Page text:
Adult red tailed hawk

The Sharp-shinned Hawk was not the only hawk species we banded this Fall. We have banded two Red-tailed Hawks (Buteo jamaicensis) on September 30th, and on October 3rd. These hawks are quite large in comparison to the Sharp-shinned Hawk. Their WL ranges from 321 to 455cm and can weigh up to 1kg. We were very fortunate to catch an adult and a juvenile. As you can see in the pictures, the juveniles do not sport the red tail. They are magnificent nonetheless. We were excited to catch the Red-tailed Hawks because the species was not caught at the marsh in 4 years. Watching these hawks take off and continue their migration was surreal.

a young red tailed hawk

Thursday, 27 September 2018

a single solitary sandpiper by Sarah Biesemier

A Single Solitary Sandpiper
Sarah with her solitary sandpiper

The past few weeks have been filled with exciting birds and also some exciting events. First up was the Birdies Fore the Marsh Fundraising Golf Tournament on September 8th, which I must say was an absolute blast and so great to be a part of! Everyone continues to make me believe the stereotype that all Canadians are nice, as I so far have no evidence against it. The Hilliardton Marsh also made an appearance at the New Liskeard Fall Fair a couple weekends ago selling tickets for our Progressive Lottery Fundraiser “Catch the Ace”. If you are local and are looking for a great way to support the marsh while also entering to potentially win some money, you should consider purchasing “Catch the Ace” tickets. Catch the Ace runs each week from Wednesday to Wednesday and as of now is still going on. For more details about the progressive lottery and how to buy tickets, check out the marsh’s website or talk to our expert ticket salesman and marsh volunteer, Mohammad Fahmy, the next time you see him in town.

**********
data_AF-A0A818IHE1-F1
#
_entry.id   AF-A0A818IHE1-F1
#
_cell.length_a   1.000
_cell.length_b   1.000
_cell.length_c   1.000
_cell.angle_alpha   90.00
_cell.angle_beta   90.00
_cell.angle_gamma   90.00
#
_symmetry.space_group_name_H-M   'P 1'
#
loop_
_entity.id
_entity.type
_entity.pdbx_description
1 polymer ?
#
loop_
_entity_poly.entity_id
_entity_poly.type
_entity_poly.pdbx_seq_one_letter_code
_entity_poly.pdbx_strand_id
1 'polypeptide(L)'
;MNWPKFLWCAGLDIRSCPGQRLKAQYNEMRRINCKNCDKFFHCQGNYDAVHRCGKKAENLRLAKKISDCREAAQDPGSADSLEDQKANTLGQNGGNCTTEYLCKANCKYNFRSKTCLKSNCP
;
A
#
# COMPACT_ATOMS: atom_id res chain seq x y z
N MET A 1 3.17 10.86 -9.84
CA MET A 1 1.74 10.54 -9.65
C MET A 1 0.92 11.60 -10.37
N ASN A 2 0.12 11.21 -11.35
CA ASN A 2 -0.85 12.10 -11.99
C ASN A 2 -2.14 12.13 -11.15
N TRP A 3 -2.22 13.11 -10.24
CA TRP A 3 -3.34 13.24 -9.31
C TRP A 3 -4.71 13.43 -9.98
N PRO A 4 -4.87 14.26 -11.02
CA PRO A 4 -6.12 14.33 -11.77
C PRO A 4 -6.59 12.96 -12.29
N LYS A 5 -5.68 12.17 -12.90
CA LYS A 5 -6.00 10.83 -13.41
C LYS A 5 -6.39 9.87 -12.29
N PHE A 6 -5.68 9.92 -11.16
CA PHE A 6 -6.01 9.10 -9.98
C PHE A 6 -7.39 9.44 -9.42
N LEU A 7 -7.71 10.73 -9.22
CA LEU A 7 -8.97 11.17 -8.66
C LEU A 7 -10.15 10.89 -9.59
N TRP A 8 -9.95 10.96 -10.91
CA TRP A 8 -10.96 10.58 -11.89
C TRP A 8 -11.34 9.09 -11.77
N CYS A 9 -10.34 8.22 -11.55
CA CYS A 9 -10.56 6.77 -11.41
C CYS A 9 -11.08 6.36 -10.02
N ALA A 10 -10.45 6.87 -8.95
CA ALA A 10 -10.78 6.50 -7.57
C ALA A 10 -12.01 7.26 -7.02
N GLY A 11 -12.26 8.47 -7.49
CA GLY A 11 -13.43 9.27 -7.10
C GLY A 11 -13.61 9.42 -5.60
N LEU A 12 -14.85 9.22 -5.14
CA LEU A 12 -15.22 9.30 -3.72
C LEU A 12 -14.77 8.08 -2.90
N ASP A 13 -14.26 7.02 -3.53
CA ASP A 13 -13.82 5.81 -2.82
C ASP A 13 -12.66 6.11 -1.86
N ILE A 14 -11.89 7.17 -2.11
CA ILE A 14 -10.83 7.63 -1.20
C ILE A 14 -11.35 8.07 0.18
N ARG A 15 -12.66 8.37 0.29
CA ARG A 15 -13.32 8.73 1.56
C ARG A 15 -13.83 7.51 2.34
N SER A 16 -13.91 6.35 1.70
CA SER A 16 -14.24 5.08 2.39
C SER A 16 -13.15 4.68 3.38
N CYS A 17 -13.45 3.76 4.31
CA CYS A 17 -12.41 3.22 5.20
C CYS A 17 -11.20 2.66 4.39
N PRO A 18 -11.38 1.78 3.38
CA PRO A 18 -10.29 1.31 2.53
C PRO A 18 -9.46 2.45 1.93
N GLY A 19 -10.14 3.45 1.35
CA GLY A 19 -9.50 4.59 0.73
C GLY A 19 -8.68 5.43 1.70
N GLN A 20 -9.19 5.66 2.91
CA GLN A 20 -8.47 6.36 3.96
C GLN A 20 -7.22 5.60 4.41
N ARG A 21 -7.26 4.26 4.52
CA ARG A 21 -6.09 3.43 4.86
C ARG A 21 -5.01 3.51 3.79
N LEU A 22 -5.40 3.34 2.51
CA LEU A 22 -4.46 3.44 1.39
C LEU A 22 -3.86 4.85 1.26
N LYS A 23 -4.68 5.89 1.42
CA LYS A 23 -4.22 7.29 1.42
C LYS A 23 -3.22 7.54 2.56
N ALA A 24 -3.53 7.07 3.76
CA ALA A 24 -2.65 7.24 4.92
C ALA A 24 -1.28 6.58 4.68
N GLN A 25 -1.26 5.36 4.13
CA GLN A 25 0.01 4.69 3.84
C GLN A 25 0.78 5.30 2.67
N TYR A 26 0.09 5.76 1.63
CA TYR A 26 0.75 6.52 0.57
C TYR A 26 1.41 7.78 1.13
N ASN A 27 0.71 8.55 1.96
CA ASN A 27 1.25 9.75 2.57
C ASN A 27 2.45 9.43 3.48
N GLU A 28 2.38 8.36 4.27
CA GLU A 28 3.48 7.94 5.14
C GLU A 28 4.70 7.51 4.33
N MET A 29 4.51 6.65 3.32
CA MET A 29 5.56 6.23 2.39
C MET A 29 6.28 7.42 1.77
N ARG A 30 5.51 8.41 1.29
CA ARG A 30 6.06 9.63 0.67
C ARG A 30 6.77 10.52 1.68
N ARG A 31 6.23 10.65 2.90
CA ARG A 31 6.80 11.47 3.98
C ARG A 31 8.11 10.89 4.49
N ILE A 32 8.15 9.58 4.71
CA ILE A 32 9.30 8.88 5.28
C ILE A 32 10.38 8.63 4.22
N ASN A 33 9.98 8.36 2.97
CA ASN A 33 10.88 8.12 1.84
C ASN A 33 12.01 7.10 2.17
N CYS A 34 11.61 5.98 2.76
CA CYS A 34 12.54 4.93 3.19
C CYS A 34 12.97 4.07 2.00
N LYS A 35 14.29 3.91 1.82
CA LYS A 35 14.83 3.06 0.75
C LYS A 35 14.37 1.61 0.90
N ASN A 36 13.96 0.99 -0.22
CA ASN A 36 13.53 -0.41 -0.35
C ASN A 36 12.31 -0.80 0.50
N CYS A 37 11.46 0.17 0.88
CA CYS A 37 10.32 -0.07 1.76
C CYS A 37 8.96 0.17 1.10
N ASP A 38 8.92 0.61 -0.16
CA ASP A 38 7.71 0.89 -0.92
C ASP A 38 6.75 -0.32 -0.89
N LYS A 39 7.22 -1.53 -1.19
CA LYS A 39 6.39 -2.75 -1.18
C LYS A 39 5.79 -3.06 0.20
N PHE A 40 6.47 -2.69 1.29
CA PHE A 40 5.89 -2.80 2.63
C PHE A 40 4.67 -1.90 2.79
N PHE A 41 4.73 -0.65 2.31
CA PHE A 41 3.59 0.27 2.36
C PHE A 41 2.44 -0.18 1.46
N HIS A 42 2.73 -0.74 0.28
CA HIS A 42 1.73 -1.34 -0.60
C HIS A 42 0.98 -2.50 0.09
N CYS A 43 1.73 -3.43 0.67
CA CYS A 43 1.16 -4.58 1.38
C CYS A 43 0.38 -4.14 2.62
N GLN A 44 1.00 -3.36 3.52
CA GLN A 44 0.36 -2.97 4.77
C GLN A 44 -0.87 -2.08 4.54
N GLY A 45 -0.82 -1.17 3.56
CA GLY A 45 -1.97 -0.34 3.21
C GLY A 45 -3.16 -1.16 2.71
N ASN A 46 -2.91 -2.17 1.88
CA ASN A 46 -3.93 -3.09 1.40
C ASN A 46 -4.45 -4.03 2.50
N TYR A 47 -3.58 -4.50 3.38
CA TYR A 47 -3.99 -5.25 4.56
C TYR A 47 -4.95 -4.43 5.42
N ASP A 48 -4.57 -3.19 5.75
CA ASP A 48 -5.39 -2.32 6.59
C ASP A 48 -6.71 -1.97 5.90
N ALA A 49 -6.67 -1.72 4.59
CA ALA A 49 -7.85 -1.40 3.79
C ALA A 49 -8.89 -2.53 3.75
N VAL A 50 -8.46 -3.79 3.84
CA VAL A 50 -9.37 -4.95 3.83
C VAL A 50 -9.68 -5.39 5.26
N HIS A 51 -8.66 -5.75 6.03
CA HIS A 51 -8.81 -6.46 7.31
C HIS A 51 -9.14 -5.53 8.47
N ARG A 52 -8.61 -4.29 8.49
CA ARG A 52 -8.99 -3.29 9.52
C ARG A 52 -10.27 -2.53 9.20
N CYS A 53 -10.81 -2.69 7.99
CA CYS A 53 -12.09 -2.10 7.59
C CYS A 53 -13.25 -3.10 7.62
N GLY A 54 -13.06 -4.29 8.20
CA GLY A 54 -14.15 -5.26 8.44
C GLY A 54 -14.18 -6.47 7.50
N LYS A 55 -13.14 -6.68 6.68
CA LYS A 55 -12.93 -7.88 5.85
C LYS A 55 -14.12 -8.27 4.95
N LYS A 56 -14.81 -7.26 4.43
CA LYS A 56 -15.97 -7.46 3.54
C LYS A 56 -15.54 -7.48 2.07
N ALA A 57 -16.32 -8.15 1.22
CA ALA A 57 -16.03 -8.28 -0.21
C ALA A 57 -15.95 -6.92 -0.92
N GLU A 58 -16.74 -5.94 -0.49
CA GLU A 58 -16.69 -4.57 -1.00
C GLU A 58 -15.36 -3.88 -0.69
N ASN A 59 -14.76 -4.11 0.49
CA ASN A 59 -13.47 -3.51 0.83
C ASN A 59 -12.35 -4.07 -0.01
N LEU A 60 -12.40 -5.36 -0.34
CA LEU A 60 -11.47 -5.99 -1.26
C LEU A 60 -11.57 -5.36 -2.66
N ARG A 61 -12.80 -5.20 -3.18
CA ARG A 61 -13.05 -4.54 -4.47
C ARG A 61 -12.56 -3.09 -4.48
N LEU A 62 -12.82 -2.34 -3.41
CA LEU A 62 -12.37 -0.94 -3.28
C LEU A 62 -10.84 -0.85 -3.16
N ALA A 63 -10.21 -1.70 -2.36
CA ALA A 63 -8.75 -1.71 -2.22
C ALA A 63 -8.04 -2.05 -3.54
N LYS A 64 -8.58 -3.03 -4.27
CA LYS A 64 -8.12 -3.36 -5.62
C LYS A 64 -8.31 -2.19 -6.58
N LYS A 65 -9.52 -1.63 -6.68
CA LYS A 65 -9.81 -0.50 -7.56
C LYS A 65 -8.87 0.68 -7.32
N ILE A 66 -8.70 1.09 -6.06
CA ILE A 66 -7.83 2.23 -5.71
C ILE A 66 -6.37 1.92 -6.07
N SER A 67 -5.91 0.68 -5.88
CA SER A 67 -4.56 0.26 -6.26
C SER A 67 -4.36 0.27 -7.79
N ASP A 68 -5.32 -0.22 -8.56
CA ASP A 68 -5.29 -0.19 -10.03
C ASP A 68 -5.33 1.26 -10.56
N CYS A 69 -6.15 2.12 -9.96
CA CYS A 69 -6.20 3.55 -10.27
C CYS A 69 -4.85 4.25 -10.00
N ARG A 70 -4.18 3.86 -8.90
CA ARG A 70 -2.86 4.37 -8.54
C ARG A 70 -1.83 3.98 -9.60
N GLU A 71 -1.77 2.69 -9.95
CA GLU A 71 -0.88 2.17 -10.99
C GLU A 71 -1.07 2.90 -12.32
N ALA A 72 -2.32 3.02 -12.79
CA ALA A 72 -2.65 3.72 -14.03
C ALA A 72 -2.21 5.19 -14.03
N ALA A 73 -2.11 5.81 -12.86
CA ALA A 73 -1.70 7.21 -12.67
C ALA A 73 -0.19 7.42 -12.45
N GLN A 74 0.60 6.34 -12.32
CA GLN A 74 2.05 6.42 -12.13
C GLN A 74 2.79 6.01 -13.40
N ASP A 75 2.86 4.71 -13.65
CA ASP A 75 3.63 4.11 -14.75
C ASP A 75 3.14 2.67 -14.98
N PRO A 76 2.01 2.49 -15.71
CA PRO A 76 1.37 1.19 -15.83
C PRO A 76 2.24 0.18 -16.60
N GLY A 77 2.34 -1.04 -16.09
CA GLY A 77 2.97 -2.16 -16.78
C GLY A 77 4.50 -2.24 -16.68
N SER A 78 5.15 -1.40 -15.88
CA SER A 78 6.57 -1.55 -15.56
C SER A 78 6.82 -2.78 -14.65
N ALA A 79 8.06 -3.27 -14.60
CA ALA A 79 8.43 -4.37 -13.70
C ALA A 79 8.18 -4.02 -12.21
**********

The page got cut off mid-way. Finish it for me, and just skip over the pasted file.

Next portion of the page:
In other exhilarating marsh news, we banded our 100,000th bird, a beautiful Western Palm Warbler! It was such an honor to witness the 100,000th bird banded at the Hilliardton Marsh, and be a part of the center’s history and continued success. Also, our owl banding nights have begun! I have fulfilled a lifelong dream of mine to see a Northern Saw-Whet Owl, and I can’t wait to see more over the next few weeks as they migrate through the area. Hopefully soon we will get to see Boreal and Long-eared Owls as well!
boreal owl waiting to meet Sarah's fingers to date we have not  caught any this fall but hopefully soon

There have been so many exciting things happening at the marsh, we almost forgot to talk about one very exciting bird we recently banded. About two weeks ago on September 6th, I was fortunate enough to band the marsh’s second ever Solitary Sandpiper! On our first net check that day, fellow volunteer Bronwyn Robinson and I were approaching a mist net we have set up near the edge of the woods. From a distance we saw a bird about the size of a thrush, but with an interesting black and white barred tail that looked similar to a woodpecker’s. As we got closer we could tell it was some sort of shorebird. After quickly extracting the bird, I met up with banding intern Nick Alioto at the other nets and asked him what he thought the bird could be. Nick responded with “All shorebirds look like rocks with legs.”
banded solitary sandpiper 2nd ever !!!

 While he appreciates all birds, raptors, particularly owls, are his favorites and, clearly, shorebirds are not. I thought it was probably some sort of sandpiper, and Nick did mention that it could be a solitary sandpiper (turns out he does know his birds quite well). I quickly glanced at the Sibley App on my phone, and the picture of a Solitary Sandpiper certainly looked like what I had extracted from the net. When we returned to the birdhouse, local legend and head bird bander, Bruce Murphy, looked at the bird and confirmed that we had indeed captured a Solitary Sandpiper in our nets.